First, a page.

Related to that gift is his sociability. His cashew observation was a cocktail observation. Thaler is the rare (only?) economist with whom you would happily mingle over drinks. (All right, perhaps you would happily mingle with other economists, but would your spouse?) He will talk to anybody, at length. (A few years back, one of my co-workers was seated next to him on a flight to Phoenix. She never had such an amiable and engaging flight companion.)

Traditional economists don't see any advantage to such interactions, and perhaps even a flaw. Thaler's former co-worker (and Nobel recipient) Merton Miller famously called stories about people's mistakes "almost irrelevant to finance." The danger with such stories, Miller wrote, is that "they may be too interesting and thereby distract us from the pervasive market forces that should be our principal concern."

I never met the man, but I suspect that he wasn't much fun at parties.

Spreading the word

Related, in turn, to Thaler's sociability is his ability to deliver his message. He is good with words. He speaks well. He writes well. He cultivates reporters. He entertains politicians. He convinces. When David Cameron was the UK's Prime Minister, he met with Thaler, was taken with his ideas, and established a team to implement some of Thaler's suggestions in that country's retirement system.

Thaler is among the few (although not only) to establish a public profile before receiving his prize. He has written several books for the general marketplace, as opposed to academia, including the influential Nudge, co-authored by law professor Cass Sunstein. That 2008 publication impressed the incoming U.S. President, who brought Sunstein into his administration and conversed with Thaler as an adviser.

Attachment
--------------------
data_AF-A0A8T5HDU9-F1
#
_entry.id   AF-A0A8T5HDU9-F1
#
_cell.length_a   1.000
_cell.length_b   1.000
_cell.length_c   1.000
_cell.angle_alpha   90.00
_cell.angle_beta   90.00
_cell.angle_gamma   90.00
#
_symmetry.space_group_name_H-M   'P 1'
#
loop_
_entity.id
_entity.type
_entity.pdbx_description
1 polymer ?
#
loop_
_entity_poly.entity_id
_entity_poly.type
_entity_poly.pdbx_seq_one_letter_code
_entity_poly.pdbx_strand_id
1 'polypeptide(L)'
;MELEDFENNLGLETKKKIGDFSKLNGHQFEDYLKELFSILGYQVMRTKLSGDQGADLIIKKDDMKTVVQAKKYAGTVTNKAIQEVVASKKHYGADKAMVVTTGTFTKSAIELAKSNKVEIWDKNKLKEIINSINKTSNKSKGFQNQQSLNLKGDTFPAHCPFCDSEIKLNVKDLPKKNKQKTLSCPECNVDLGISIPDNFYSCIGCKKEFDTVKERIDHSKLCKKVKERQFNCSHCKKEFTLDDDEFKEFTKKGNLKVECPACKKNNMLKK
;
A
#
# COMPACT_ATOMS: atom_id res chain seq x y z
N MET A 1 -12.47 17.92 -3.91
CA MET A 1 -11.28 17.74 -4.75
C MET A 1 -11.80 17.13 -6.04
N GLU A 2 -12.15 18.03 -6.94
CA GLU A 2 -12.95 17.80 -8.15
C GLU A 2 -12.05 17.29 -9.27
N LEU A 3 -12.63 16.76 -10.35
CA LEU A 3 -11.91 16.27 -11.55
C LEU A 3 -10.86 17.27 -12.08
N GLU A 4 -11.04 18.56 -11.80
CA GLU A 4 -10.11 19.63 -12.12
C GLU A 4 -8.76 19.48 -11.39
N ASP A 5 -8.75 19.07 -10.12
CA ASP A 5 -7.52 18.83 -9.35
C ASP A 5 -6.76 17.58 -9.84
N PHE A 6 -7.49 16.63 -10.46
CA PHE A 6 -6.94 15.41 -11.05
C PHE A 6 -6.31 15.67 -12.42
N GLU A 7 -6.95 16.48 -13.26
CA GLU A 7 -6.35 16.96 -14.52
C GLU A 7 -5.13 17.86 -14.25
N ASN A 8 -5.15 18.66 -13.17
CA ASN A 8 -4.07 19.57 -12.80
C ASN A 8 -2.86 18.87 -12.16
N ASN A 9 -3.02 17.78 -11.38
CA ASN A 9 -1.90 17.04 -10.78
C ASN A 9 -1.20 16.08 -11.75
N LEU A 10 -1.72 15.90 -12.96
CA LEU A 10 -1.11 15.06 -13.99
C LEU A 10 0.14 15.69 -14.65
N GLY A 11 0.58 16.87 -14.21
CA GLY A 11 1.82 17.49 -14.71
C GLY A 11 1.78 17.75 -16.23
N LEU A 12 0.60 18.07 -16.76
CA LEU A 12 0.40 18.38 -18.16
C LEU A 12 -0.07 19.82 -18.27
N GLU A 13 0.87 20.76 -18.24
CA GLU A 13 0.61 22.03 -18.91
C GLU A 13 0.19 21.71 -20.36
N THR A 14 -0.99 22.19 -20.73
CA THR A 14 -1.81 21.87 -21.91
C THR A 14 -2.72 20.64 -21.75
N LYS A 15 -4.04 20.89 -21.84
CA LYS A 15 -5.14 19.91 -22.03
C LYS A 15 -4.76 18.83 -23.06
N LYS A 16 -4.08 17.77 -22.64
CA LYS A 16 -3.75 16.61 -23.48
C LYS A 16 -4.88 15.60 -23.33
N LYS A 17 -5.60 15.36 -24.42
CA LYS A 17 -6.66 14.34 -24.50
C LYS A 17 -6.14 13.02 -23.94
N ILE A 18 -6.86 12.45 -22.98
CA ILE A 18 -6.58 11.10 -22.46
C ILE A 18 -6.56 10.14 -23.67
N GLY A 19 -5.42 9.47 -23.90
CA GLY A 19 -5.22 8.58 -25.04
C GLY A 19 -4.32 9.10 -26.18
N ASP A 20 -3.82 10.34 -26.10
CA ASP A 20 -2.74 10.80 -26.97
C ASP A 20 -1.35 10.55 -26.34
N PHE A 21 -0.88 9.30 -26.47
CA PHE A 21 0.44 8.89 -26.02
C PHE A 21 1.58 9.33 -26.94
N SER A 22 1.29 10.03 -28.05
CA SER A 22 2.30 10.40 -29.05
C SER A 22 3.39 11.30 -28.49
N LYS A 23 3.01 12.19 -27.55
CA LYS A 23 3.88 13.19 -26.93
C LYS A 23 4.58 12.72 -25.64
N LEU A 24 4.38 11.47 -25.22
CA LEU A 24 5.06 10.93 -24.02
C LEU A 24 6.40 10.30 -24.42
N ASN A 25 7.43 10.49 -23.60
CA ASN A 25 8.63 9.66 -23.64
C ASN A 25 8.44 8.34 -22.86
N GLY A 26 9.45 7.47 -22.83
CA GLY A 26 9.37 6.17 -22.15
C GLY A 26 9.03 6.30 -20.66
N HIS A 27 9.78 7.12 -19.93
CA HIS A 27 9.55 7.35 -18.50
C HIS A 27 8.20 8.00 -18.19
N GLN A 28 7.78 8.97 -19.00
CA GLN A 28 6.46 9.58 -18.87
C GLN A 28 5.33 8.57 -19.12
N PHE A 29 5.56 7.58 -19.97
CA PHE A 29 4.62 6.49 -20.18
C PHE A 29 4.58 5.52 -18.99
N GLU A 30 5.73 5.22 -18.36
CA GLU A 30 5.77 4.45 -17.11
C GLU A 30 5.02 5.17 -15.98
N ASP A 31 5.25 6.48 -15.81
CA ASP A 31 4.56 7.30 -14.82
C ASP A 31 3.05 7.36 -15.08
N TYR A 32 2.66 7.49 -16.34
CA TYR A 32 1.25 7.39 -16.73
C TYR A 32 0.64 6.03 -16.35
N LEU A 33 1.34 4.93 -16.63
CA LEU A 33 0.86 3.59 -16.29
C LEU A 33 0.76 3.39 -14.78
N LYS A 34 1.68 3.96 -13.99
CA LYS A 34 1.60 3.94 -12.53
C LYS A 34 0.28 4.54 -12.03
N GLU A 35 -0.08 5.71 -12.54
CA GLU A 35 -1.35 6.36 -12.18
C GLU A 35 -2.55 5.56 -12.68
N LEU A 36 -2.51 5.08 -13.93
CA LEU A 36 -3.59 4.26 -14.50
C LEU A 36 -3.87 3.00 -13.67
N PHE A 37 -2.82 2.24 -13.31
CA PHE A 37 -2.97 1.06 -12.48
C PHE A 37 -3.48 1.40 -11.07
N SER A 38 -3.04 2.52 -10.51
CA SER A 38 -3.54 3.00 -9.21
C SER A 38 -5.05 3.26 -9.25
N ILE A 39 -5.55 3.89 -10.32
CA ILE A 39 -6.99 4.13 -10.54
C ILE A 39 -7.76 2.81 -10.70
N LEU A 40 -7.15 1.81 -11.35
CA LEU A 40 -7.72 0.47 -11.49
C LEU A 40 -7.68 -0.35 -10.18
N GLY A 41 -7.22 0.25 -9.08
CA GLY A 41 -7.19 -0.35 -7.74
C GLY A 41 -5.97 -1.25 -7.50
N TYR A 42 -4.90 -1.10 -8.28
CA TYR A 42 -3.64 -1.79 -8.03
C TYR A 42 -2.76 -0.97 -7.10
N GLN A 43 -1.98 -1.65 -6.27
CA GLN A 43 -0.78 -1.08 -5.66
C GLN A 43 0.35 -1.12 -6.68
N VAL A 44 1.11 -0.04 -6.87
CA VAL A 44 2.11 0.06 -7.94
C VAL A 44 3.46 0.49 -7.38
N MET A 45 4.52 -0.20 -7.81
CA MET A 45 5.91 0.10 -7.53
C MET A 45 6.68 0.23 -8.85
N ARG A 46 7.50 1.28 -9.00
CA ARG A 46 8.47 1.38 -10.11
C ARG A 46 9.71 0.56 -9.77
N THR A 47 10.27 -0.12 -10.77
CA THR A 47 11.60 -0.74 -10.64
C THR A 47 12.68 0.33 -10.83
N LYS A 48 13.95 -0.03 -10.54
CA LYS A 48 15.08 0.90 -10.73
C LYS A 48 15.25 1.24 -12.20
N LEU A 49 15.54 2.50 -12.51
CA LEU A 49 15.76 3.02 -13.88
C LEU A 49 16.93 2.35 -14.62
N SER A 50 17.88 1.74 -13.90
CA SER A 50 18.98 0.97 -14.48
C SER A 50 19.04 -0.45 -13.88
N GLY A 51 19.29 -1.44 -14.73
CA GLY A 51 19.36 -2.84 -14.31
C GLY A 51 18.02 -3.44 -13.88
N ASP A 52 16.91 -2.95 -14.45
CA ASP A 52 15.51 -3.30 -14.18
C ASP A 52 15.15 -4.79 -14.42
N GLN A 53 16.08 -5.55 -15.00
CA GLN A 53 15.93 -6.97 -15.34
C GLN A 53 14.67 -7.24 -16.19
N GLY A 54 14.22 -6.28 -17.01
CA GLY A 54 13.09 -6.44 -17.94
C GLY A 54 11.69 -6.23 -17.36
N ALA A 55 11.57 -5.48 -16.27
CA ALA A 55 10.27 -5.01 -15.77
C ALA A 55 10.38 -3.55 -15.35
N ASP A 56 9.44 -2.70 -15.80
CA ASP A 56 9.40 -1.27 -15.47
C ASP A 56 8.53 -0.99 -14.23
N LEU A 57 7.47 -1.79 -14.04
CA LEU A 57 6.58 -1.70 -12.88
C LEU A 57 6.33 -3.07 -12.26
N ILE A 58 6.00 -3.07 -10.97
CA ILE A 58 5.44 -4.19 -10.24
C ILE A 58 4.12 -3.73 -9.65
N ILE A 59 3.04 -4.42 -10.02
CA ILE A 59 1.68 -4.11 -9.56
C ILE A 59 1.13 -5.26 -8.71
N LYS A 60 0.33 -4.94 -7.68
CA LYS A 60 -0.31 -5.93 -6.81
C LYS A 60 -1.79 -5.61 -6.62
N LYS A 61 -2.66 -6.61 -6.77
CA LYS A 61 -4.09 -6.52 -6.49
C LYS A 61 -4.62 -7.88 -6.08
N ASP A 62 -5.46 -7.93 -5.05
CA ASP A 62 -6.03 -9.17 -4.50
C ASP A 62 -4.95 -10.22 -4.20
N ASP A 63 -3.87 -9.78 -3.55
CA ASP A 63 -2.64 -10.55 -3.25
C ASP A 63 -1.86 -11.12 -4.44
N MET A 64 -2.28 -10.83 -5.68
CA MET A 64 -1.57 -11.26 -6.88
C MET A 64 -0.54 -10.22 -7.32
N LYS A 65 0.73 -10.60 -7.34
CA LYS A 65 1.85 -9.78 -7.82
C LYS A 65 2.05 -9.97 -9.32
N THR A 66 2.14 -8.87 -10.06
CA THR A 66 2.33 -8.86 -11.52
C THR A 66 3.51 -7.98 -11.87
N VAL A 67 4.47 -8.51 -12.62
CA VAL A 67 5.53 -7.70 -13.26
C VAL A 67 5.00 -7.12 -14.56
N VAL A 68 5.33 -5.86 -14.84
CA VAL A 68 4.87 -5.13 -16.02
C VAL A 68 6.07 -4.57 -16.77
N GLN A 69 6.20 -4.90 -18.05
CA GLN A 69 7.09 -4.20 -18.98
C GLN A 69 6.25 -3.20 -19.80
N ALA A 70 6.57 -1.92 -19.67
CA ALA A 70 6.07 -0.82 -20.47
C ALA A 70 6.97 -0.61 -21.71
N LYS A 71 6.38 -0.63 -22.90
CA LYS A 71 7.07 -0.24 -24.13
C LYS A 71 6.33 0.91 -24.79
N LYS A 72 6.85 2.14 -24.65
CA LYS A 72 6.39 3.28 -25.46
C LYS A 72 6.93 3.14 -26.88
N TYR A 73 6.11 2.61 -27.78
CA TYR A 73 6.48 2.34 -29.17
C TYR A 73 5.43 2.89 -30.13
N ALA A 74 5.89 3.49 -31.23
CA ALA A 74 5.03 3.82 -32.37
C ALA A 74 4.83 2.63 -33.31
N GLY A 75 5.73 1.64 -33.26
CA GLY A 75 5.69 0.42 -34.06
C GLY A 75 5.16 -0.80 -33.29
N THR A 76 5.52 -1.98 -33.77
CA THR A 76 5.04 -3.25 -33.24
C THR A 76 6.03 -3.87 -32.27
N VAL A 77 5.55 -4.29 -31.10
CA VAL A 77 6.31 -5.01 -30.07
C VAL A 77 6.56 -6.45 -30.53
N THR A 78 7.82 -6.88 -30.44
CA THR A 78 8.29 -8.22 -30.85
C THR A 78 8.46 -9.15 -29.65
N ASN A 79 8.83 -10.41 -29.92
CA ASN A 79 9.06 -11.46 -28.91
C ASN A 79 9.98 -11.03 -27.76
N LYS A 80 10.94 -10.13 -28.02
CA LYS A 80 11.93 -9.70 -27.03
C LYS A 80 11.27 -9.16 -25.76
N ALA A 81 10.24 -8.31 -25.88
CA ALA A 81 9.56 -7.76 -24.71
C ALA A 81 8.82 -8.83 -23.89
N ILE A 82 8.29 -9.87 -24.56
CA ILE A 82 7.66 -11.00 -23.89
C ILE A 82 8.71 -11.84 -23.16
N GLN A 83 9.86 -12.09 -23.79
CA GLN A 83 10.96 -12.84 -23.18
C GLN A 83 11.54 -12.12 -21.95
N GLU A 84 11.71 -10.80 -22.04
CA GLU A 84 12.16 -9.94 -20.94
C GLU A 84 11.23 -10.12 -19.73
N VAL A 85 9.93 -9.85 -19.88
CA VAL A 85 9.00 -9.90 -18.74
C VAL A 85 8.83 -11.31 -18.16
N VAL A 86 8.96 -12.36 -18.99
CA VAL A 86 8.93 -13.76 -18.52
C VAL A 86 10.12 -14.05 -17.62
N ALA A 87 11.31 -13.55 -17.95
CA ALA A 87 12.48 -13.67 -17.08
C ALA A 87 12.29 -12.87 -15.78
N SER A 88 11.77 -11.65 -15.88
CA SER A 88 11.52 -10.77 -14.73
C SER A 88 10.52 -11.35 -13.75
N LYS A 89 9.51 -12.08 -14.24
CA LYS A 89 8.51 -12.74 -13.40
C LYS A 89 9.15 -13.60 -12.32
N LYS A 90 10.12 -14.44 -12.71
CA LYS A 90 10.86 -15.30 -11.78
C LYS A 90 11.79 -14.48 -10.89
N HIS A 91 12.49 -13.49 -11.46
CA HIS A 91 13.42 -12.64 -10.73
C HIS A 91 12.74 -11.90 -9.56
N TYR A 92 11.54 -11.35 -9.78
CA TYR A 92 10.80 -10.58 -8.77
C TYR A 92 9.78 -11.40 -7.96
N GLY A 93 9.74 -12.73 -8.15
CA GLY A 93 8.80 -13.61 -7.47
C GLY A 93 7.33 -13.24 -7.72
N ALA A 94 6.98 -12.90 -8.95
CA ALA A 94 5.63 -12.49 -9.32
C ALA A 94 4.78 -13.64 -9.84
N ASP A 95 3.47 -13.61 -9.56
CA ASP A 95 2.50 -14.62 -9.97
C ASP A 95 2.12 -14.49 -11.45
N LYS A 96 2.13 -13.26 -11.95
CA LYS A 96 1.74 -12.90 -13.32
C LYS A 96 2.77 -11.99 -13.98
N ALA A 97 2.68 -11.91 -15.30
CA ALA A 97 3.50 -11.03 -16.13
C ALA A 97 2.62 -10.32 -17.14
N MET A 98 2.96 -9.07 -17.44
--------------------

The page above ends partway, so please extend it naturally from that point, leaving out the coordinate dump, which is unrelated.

From Thaler's perspective, ideas alone are not enough. To be sure, he has had plenty of them, and important ones, too. He developed the widely used concept of mental accounting -- financial "buckets," wherein people segregate their accounts and consider them individually, rather than as a collective whole. (Thereby, once again, reducing the number of decisions that they must make.) He showed economists how perceptions of fairness affect negotiations. He advanced the concept of "libertarian paternalism" by encouraging organizations to "nudge" their customers.

But those concepts are moot unless they are applied. Thaler's research object is people: what they do, why they do it, and what if anything can be done to improve their outcome. To conduct his research properly, he must know people as best as he can -- and influence those very same people so that they implement his ideas. Economists are commonly regarded as bloodless creatures, detached from the rest of us. This economist is not. He requires people. He is the people's economist.

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About Author

John Rekenthaler

John Rekenthaler  is Vice President of Research for Morningstar. Rekenthaler previously served as president of Morningstar Associates, LLC, a registered investment advisor and wholly owned subsidiary of Morningstar, Inc. During his tenure, he has also led the company’s retirement advice business, building it from a start-up operation to one of the largest independent advice and guidance providers in the retirement industry. He currently writes regular columns for Morningstar.